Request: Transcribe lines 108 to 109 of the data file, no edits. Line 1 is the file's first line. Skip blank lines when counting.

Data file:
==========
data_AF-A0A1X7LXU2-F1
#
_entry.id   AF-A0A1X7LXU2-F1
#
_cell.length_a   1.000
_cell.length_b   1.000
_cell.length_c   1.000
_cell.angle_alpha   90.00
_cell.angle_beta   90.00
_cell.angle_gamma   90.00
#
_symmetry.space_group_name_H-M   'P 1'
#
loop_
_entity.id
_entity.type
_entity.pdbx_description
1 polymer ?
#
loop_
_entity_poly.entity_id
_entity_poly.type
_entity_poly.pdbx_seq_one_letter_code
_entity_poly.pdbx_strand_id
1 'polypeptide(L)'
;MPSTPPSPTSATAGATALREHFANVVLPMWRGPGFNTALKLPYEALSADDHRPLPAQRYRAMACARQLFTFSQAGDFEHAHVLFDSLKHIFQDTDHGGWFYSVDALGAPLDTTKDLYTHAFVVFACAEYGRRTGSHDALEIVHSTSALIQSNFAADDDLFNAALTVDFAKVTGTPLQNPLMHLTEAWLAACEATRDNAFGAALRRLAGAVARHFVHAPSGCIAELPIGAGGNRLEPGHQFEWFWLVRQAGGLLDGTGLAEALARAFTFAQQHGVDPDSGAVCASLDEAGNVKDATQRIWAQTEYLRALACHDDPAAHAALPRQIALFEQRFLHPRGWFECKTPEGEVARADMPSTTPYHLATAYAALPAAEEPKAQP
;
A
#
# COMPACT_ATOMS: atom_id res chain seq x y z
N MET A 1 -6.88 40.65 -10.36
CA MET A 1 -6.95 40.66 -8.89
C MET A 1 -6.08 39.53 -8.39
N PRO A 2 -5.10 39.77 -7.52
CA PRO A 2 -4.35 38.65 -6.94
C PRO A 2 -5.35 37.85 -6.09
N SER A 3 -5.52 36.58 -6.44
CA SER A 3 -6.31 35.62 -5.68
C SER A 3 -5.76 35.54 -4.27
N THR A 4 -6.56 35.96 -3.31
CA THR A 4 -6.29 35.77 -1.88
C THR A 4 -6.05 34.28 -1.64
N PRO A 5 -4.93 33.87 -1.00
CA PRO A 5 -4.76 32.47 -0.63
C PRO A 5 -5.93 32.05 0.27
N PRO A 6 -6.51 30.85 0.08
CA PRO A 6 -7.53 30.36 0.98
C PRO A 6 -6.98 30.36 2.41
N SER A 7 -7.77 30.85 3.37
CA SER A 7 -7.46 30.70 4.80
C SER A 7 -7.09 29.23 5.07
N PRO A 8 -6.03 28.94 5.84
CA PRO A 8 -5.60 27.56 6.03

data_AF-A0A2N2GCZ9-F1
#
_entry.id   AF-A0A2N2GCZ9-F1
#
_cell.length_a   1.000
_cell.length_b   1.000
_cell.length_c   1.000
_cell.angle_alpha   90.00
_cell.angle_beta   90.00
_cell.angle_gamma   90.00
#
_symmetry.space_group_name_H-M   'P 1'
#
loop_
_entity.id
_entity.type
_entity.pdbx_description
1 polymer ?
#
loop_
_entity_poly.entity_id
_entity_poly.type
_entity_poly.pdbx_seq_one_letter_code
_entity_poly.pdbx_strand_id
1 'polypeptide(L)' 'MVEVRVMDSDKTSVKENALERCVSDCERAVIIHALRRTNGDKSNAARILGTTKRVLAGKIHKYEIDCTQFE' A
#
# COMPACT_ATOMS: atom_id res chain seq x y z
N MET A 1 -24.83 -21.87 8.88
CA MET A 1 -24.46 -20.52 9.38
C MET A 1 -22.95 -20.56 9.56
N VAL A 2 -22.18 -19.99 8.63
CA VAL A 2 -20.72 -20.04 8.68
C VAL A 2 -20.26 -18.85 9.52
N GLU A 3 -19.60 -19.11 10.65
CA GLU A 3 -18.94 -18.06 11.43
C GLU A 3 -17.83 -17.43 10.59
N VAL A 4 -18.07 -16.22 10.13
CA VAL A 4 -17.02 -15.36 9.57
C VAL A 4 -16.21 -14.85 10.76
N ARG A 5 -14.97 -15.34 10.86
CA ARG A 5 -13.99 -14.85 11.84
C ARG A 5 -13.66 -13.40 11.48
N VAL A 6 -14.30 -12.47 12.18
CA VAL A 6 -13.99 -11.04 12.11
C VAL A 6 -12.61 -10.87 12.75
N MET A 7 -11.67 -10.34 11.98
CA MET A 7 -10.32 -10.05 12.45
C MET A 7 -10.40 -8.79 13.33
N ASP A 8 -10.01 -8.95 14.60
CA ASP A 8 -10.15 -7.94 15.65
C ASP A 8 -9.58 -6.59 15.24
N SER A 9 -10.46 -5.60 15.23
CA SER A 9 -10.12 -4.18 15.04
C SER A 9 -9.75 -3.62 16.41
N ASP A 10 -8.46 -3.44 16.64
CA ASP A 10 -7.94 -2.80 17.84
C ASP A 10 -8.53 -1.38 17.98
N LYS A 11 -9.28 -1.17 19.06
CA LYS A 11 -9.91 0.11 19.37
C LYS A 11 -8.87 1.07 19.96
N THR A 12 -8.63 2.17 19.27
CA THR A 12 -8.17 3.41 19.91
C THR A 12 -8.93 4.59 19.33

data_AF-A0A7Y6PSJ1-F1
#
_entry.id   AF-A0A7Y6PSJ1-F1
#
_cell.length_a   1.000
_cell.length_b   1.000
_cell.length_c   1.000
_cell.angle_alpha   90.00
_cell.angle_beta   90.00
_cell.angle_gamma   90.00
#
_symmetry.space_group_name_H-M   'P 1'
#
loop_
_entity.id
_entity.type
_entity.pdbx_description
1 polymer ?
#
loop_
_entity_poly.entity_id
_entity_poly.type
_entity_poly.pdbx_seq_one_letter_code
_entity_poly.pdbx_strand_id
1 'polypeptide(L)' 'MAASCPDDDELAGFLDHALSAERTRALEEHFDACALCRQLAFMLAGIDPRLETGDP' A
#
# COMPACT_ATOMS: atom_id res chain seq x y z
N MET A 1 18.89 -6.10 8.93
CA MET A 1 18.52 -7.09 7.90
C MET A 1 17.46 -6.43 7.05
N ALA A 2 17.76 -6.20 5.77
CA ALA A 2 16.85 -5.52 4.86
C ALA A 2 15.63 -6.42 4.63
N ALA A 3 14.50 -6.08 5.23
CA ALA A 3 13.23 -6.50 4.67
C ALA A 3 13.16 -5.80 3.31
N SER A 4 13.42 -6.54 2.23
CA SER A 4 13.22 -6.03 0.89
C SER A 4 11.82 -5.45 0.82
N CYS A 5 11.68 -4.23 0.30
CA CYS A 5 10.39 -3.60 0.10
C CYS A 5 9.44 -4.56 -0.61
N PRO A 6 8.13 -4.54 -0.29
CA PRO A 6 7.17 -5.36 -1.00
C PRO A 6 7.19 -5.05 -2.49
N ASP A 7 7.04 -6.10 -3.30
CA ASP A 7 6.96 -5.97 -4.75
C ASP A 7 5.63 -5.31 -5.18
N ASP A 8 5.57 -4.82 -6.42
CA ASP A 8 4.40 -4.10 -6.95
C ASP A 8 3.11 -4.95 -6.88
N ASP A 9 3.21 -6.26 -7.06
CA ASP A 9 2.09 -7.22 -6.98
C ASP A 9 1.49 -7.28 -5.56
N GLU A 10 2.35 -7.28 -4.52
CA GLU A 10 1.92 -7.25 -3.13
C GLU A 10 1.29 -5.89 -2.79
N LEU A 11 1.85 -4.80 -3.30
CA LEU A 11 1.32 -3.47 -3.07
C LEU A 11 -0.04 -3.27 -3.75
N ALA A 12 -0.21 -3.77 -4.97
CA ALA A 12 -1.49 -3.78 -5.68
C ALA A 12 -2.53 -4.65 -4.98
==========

N ASP A 10 -8.46 -3.44 16.64
CA ASP A 10 -7.94 -2.80 17.84